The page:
would be vacant at points during the interactive process,*fn1
and Ammons had the most seniority of the employees who
requested reassignment to either of these two positions.
Around the same time, the MWRD requested an identification of Ammons' workplace restrictions from her psychiatrist. In letters dated February 2, 2007 and February 13, 2007, Ammons' psychiatrist, Dr. Howard Herman, informed the MWRD that Ammons could not work in or around tanks, platforms, or water more than two feet deep, travel more than five miles to work, do concrete and brick work, climb ladders, or do utility line excavation and backfill. According to her doctor, her condition also "prevent[ed] her from safely and effectively operating high power tools and equipment such as sledge hammers, electric drills and air powered hammer drills and generators." (Pl.'s Stmt. of Add'l Facts, ECF No. 94, Ex. KK.) Dr. Herman stated that, given Ammons' disability, Ammons could not be trained to perform these tasks, and that "[a]ny denial of the requested accommodation would in my opinion jeopardize Ms. Ammons's safety and well being." (Id.)
Ammons' testimony is consistent with these restrictions. She admitted that she could perform only "the duties of an MLA that consist of the cleaning, hauling, garbage detail, cleaning of the outline station, cleaning of the floors and driving" and that she could not "work in or around deep waters, or do any trades or Masonry duties . . . ." (Def.'s 56.1 Stmt., Tab 38.) She admitted that a "high power tool" is any tool that includes a motor (Def.'s 56.1 Stmt., Tab 4, at 271), and that the centrifuge and storeroom positions were the only "reasonable ADA accommodations" that the MWRD should have provided to her from March 19, 2007 to the present. (See Pl.'s Supp. Resp. to Def.'s First Set of Interrogatories at 7 ¶ 15, ECF No. 71-20.)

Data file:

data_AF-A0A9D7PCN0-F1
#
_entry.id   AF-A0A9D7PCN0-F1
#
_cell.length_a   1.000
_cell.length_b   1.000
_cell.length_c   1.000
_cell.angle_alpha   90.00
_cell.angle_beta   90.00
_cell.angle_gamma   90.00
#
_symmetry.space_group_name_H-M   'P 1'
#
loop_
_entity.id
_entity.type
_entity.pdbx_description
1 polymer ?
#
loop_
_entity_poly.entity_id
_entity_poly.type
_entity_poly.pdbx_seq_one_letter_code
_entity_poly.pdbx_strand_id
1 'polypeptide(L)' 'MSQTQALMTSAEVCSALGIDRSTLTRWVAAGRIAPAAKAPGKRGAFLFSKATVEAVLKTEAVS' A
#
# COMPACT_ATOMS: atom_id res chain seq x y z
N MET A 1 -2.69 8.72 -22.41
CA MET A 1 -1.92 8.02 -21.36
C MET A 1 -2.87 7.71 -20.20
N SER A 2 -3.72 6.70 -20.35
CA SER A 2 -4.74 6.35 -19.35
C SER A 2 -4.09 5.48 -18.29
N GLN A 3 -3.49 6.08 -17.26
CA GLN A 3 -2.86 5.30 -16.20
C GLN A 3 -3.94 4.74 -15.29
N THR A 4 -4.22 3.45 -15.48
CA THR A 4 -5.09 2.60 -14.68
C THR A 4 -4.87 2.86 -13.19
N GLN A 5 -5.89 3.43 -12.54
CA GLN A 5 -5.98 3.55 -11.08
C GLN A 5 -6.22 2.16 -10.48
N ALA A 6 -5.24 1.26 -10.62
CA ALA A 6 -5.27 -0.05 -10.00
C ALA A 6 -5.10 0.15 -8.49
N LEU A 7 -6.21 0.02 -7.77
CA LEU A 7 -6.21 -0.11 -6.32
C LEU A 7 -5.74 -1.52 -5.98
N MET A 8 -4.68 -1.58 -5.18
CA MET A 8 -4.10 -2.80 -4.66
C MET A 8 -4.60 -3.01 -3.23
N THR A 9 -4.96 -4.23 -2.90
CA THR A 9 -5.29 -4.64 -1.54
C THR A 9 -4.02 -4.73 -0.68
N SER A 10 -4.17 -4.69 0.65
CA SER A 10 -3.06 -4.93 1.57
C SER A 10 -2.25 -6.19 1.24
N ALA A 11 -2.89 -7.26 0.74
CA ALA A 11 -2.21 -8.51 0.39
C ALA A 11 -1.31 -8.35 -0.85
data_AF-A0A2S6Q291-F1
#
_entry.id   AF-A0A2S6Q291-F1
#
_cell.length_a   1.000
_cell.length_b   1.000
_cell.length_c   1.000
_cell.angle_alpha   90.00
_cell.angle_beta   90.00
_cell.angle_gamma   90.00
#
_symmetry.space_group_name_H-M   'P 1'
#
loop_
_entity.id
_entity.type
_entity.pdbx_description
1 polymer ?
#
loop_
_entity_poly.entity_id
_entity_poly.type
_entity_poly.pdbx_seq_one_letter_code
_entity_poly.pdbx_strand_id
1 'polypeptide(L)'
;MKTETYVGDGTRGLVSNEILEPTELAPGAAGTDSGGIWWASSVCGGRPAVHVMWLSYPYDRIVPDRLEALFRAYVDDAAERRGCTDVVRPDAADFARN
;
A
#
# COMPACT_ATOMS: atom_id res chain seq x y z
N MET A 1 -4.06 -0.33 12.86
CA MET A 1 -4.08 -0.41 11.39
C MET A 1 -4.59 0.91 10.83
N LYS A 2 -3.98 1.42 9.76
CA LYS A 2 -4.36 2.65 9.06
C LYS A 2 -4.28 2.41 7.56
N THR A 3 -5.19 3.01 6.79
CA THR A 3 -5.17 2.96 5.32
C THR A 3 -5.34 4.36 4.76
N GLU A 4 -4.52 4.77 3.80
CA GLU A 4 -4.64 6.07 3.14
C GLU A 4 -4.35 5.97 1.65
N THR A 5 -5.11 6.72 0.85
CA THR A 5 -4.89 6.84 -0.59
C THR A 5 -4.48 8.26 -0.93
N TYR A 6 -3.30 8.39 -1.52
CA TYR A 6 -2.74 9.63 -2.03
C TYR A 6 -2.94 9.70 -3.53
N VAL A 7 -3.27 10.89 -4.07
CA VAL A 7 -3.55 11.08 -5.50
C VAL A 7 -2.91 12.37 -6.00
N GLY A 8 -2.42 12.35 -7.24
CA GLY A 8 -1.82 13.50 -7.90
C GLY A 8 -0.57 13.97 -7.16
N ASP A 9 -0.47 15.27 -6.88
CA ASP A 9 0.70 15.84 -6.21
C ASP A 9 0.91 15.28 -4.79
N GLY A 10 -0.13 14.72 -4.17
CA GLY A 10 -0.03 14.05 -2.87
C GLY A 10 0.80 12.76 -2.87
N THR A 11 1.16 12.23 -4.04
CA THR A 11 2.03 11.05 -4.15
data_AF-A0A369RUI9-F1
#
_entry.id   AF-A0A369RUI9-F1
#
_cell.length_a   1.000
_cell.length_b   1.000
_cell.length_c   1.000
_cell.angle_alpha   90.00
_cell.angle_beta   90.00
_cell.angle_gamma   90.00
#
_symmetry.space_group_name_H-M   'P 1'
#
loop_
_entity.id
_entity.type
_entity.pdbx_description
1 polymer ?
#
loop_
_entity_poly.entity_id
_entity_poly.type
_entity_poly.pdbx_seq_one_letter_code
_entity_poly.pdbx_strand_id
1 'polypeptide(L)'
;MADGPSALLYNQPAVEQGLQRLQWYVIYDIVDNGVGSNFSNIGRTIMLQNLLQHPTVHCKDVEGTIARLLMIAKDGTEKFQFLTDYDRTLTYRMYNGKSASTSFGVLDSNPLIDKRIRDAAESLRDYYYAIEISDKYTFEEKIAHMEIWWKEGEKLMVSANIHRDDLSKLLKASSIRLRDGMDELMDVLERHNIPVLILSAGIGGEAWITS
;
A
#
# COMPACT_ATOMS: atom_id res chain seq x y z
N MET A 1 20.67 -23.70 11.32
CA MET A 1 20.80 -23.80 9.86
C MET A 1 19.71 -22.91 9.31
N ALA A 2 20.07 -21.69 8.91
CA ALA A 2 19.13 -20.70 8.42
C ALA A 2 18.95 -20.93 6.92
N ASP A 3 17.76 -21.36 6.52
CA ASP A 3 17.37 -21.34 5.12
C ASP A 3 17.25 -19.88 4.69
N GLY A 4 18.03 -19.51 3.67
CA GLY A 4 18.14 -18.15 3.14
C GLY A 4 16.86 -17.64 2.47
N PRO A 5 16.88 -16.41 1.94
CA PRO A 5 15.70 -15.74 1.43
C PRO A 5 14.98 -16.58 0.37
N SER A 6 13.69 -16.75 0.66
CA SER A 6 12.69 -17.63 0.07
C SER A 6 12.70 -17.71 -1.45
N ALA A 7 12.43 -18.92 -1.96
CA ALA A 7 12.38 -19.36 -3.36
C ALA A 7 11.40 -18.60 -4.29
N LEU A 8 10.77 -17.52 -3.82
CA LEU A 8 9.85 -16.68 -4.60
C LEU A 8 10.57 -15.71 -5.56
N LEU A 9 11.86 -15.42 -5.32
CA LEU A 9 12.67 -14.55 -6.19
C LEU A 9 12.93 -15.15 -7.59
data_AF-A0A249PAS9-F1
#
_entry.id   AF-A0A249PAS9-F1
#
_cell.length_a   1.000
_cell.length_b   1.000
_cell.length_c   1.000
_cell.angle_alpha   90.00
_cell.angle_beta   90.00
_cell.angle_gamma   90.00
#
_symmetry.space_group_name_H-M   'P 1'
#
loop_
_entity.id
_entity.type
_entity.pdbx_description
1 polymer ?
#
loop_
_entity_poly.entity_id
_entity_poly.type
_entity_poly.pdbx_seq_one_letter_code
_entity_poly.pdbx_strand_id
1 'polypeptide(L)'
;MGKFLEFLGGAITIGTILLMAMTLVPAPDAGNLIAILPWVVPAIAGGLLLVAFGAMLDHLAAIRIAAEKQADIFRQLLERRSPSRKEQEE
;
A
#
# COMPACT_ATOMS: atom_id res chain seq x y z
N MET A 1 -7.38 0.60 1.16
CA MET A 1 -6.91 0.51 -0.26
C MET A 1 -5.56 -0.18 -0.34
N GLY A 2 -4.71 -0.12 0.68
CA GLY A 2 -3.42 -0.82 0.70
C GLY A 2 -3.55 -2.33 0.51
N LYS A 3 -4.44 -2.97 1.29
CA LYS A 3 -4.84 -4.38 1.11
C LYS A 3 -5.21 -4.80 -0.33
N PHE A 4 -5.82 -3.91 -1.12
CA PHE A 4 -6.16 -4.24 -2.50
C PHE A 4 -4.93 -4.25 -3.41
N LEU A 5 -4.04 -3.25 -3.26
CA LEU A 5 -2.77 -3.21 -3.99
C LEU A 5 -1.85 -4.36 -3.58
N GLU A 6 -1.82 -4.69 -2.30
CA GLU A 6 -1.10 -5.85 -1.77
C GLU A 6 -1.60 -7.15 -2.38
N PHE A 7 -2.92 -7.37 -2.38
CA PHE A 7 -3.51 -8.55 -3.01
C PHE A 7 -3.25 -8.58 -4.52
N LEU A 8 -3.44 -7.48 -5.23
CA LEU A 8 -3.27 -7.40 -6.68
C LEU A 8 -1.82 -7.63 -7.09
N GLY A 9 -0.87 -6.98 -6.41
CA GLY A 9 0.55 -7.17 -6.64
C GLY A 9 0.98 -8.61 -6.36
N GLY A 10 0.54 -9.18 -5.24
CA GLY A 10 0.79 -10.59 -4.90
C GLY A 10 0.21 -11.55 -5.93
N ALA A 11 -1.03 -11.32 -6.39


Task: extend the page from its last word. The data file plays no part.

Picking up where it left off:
On March 12, 2007, the MWRD completed a preliminary analysis of Ammons' request for a workplace accommodation, but stated that a final determination would not be made until Ammons was cleared to return to work. On March 19, 2007, Dr. Herman informed the MWRD by letter that "I am releasing [Ammons] to go back to work with the ADA accommodations [referred to in previous communications to the MWRD]." (See Def 56.1 Stmt., Tab 28.) That day, a physician's assistant at Concentra Medical Centers performed a return to work physical of Ammons, which indicated that Ammons had "extreme limitations" and that she could return to work only with the accommodations "as outline[d] by her psychiatrist." (See Def.'s 56.1 Stmt., Tab 29.)